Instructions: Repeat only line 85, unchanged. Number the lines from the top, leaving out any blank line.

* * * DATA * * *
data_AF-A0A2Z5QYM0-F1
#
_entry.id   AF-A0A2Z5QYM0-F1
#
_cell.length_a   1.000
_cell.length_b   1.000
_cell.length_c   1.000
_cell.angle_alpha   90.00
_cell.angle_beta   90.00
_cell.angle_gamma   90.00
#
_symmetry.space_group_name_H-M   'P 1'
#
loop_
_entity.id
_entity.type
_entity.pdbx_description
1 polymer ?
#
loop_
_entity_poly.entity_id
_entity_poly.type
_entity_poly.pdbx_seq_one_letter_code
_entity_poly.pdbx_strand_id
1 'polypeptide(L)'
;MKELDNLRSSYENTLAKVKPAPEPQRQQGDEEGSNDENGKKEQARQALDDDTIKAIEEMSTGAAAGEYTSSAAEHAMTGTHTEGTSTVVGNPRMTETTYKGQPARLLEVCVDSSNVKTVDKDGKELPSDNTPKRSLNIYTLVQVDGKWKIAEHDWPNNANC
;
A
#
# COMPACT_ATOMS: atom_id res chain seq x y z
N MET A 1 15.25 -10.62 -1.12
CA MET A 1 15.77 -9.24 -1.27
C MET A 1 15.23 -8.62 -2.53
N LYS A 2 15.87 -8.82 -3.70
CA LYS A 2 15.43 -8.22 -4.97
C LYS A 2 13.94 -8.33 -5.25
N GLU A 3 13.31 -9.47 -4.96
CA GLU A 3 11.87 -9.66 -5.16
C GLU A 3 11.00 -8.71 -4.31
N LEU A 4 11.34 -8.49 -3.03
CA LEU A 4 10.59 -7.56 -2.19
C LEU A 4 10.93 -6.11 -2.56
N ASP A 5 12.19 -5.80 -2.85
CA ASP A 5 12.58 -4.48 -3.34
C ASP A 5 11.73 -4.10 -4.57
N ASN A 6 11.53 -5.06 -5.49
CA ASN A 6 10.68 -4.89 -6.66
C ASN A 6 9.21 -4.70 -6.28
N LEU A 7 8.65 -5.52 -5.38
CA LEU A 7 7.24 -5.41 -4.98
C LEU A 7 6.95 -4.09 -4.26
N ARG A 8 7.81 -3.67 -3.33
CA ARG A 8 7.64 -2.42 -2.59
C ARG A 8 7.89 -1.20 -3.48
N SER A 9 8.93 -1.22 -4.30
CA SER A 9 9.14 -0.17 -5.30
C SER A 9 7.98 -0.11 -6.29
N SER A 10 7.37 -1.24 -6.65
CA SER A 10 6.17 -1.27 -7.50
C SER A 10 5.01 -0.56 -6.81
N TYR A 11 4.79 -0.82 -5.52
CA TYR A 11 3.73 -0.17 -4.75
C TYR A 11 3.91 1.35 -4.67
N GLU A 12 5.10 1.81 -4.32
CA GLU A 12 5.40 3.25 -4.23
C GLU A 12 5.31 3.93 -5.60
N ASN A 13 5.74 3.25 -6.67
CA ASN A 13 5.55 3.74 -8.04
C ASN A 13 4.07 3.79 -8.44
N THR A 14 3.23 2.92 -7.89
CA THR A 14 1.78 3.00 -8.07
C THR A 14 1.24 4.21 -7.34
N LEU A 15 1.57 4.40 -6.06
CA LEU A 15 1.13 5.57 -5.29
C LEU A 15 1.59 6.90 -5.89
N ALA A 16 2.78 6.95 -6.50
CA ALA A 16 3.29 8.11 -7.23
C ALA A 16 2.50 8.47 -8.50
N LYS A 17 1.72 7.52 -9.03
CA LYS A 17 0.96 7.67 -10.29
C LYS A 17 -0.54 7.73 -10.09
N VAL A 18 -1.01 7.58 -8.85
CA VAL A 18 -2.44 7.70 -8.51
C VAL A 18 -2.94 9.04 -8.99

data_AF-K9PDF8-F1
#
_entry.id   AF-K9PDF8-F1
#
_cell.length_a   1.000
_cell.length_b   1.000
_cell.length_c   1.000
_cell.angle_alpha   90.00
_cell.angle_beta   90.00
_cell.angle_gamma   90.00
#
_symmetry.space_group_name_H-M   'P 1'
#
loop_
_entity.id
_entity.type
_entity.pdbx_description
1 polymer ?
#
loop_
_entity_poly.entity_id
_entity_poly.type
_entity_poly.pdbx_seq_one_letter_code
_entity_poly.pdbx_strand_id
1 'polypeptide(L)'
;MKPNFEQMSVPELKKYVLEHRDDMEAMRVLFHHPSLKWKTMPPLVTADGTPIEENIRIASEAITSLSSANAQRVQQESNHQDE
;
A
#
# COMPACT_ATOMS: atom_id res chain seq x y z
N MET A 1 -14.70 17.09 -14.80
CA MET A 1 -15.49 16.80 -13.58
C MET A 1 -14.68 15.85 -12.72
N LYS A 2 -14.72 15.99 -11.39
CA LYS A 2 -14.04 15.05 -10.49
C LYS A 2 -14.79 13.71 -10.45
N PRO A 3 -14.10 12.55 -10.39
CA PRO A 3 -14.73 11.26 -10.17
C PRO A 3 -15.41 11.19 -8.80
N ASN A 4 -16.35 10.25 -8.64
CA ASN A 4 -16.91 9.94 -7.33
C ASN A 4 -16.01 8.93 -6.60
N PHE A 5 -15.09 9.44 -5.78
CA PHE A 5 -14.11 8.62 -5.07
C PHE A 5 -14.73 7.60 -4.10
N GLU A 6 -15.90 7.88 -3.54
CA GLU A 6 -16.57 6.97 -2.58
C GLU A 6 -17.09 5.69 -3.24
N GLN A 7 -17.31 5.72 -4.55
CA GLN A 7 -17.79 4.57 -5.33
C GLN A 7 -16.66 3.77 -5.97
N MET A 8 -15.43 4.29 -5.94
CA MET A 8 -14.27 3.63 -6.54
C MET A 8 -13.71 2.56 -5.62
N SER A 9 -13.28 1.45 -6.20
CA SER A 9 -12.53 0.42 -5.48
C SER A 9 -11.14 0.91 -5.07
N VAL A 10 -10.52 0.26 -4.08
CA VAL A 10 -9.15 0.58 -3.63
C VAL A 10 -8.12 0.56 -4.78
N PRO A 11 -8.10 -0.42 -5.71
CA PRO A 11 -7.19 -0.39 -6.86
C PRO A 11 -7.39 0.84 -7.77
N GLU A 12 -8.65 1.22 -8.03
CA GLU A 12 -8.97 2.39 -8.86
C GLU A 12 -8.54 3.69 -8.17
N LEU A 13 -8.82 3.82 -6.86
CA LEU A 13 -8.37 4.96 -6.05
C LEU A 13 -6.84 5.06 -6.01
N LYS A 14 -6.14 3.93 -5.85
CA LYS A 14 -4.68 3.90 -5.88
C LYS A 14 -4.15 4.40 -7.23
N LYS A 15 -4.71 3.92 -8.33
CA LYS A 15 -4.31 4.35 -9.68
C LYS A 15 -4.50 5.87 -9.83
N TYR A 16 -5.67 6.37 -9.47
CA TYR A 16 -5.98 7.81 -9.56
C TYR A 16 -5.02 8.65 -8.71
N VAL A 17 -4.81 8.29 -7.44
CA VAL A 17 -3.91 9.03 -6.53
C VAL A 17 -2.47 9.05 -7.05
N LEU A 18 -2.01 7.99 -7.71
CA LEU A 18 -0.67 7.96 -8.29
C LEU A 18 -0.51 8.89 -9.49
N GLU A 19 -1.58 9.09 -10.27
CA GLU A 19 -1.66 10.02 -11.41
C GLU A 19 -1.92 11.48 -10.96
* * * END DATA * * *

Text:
data_AF-K9PDF8-F1